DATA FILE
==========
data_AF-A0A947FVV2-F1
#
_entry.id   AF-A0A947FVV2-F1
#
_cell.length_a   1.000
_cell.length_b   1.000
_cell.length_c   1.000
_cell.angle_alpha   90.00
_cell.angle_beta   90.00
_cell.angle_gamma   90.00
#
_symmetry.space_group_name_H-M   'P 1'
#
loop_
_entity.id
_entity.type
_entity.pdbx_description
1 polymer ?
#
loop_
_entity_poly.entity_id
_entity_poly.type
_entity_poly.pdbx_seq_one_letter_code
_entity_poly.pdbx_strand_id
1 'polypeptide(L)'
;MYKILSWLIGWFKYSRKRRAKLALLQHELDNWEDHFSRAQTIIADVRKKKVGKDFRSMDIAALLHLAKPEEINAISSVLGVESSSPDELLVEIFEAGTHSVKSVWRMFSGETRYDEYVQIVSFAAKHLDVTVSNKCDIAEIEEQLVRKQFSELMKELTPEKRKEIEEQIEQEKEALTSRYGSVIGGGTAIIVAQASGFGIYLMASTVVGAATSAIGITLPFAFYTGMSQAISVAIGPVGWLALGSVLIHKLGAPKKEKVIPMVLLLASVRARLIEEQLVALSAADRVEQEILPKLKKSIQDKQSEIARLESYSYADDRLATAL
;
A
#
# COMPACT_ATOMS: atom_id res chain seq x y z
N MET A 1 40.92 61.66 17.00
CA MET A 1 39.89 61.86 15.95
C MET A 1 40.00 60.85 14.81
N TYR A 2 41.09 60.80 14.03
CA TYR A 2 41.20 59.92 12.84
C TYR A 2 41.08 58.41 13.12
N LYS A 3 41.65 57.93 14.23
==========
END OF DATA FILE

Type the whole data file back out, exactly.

data_AF-A0A947FVV2-F1
#
_entry.id   AF-A0A947FVV2-F1
#
_cell.length_a   1.000
_cell.length_b   1.000
_cell.length_c   1.000
_cell.angle_alpha   90.00
_cell.angle_beta   90.00
_cell.angle_gamma   90.00
#
_symmetry.space_group_name_H-M   'P 1'
#
loop_
_entity.id
_entity.type
_entity.pdbx_description
1 polymer ?
#
loop_
_entity_poly.entity_id
_entity_poly.type
_entity_poly.pdbx_seq_one_letter_code
_entity_poly.pdbx_strand_id
1 'polypeptide(L)'
;MYKILSWLIGWFKYSRKRRAKLALLQHELDNWEDHFSRAQTIIADVRKKKVGKDFRSMDIAALLHLAKPEEINAISSVLGVESSSPDELLVEIFEAGTHSVKSVWRMFSGETRYDEYVQIVSFAAKHLDVTVSNKCDIAEIEEQLVRKQFSELMKELTPEKRKEIEEQIEQEKEALTSRYGSVIGGGTAIIVAQASGFGIYLMASTVVGAATSAIGITLPFAFYTGMSQAISVAIGPVGWLALGSVLIHKLGAPKKEKVIPMVLLLASVRARLIEEQLVALSAADRVEQEILPKLKKSIQDKQSEIARLESYSYADDRLATAL
;
A
#
# COMPACT_ATOMS: atom_id res chain seq x y z
N MET A 1 40.92 61.66 17.00
CA MET A 1 39.89 61.86 15.95
C MET A 1 40.00 60.85 14.81
N TYR A 2 41.09 60.80 14.03
CA TYR A 2 41.20 59.92 12.84
C TYR A 2 41.08 58.41 13.12
N LYS A 3 41.65 57.93 14.23